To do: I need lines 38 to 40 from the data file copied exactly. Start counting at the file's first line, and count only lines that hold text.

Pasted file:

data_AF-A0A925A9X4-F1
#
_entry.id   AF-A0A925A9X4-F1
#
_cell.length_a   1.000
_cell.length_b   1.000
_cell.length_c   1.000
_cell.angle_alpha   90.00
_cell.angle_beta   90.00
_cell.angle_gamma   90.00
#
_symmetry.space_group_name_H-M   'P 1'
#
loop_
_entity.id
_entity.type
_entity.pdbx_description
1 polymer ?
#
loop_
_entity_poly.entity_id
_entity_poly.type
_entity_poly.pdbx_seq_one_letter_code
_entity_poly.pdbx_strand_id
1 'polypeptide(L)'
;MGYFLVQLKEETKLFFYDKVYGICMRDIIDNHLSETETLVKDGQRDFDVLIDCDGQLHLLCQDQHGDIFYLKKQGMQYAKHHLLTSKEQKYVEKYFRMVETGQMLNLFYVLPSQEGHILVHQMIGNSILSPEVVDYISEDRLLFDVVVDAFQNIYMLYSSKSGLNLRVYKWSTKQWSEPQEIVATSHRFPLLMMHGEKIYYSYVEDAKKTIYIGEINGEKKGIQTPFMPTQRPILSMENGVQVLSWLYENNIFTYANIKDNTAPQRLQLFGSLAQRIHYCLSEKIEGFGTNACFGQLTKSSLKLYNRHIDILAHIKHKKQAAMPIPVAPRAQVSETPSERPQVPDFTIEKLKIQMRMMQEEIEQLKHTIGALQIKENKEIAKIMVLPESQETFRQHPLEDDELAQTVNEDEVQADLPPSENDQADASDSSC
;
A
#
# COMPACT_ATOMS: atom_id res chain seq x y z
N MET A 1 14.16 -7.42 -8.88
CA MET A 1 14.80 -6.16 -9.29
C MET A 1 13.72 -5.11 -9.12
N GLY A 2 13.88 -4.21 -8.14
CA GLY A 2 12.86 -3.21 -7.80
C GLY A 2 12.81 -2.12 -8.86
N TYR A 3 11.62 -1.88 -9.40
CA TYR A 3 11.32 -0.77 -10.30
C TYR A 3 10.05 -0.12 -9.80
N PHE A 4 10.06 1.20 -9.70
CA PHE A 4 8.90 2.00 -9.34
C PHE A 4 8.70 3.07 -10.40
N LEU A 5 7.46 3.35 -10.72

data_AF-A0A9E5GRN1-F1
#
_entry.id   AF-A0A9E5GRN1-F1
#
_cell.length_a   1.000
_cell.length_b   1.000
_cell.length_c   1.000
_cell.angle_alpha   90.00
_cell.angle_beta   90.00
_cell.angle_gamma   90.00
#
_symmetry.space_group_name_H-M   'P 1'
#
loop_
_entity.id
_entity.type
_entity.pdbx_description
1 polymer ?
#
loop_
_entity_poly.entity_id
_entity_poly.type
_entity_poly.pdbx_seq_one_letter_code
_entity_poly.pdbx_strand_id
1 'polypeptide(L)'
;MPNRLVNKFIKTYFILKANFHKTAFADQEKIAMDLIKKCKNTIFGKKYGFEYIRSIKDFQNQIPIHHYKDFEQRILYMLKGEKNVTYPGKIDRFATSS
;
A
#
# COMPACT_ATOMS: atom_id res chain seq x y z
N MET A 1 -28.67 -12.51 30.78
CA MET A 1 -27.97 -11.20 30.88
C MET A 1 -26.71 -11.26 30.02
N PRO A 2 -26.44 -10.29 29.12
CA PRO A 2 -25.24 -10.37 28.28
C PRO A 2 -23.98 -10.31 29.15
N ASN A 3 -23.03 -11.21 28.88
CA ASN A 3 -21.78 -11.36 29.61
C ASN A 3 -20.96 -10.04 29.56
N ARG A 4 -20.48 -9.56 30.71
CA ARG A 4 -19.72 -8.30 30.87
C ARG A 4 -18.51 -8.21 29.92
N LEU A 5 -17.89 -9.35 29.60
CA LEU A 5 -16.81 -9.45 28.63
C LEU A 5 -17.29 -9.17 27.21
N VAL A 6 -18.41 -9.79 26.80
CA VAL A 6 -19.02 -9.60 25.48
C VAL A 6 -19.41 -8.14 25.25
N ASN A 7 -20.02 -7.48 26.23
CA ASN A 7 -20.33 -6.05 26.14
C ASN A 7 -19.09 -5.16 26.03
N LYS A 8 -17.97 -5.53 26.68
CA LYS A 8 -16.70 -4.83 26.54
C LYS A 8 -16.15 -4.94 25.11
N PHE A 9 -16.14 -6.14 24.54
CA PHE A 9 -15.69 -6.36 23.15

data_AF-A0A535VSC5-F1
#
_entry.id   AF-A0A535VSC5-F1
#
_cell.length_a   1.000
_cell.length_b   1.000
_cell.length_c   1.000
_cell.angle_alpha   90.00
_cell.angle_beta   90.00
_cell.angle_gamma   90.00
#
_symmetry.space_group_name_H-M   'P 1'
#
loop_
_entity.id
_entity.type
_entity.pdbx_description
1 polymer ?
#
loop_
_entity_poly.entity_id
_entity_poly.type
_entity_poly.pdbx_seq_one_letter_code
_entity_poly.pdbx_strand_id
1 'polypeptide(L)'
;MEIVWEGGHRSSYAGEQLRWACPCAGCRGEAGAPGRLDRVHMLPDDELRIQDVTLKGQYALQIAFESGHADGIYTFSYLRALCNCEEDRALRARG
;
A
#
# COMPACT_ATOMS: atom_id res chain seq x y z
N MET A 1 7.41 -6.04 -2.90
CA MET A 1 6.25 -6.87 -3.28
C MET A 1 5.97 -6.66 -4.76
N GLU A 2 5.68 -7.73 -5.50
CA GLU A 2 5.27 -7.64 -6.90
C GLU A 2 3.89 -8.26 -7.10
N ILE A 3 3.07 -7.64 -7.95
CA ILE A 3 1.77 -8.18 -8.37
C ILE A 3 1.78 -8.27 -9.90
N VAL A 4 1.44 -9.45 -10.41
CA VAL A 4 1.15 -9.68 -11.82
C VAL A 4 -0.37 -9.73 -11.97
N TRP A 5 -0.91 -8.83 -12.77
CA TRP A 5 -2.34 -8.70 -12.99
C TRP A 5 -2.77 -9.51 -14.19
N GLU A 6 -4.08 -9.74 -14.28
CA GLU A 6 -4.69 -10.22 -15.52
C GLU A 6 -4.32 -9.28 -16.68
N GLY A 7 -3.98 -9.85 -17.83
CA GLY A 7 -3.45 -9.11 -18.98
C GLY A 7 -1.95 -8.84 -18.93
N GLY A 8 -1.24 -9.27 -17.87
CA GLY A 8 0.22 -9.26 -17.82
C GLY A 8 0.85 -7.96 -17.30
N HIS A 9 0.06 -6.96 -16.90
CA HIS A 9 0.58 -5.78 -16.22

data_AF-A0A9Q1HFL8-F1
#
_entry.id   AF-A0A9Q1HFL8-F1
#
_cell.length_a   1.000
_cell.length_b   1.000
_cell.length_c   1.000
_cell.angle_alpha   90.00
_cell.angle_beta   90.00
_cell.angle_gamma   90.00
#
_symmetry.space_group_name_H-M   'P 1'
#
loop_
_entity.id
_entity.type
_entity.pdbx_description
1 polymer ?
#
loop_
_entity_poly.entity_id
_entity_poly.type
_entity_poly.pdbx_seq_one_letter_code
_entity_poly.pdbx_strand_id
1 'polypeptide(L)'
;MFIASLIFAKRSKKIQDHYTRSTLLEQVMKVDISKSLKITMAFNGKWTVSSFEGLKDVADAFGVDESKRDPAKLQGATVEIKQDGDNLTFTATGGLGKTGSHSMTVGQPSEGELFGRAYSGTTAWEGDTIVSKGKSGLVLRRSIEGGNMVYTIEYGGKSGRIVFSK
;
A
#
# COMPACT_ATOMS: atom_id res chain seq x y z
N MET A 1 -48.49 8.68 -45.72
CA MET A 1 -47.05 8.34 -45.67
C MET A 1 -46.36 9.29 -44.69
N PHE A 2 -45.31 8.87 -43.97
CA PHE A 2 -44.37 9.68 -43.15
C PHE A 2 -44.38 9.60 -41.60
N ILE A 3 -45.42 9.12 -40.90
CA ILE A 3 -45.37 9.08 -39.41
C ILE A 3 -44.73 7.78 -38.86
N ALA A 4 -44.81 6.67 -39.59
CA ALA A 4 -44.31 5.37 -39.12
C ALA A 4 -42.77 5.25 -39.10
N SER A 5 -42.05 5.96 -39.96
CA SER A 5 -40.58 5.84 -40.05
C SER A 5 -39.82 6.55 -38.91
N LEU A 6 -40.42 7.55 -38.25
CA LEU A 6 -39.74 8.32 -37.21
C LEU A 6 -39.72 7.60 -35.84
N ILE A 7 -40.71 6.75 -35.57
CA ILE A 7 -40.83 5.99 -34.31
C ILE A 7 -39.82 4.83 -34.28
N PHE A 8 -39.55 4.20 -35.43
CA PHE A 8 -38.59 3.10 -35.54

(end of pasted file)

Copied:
CA TYR A 3 11.32 -0.77 -10.30
C TYR A 3 10.05 -0.12 -9.80
N PHE A 4 10.06 1.20 -9.70